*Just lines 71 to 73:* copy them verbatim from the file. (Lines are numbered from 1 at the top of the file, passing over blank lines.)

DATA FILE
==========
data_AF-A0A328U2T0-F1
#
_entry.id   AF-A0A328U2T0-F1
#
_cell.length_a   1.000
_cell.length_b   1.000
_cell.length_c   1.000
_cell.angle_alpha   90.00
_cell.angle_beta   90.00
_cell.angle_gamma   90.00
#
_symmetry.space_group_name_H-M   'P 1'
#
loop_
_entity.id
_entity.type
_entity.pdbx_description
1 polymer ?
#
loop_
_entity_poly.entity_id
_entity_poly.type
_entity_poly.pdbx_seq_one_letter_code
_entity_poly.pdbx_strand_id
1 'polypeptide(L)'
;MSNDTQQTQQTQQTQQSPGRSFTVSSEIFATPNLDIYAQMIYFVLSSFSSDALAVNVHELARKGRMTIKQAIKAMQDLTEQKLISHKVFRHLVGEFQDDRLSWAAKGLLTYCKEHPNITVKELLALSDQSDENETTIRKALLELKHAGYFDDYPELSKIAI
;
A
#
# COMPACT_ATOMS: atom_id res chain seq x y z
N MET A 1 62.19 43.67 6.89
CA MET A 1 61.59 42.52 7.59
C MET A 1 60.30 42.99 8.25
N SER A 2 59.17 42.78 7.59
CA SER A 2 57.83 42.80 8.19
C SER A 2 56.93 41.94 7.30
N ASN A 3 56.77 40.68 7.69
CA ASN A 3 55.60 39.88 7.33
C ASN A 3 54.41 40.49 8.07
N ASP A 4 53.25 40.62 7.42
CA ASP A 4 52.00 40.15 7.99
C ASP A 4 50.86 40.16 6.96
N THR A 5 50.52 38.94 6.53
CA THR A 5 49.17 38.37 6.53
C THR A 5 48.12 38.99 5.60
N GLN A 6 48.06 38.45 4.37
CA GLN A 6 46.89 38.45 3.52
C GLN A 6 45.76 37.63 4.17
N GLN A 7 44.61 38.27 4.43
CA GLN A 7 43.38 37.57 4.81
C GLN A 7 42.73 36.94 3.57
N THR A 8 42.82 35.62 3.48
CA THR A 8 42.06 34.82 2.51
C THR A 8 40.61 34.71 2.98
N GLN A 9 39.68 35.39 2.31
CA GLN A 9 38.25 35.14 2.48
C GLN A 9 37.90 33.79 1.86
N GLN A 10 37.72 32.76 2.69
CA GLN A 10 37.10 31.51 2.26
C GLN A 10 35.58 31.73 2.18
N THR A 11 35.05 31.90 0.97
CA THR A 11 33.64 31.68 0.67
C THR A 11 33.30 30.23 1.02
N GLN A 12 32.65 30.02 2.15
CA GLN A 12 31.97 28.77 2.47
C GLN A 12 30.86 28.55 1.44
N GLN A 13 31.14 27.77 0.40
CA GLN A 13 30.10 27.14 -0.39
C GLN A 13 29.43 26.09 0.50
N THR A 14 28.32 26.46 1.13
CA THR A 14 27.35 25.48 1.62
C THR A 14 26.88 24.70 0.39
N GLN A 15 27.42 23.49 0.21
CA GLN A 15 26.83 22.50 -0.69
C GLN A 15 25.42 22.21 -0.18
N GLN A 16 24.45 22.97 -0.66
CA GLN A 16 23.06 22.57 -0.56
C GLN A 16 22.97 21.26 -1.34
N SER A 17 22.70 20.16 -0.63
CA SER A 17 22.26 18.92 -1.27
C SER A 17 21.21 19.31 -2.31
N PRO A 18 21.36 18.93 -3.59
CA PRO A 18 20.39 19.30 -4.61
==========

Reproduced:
CA THR A 14 27.35 25.48 1.62
C THR A 14 26.88 24.70 0.39
N GLN A 15 27.42 23.49 0.21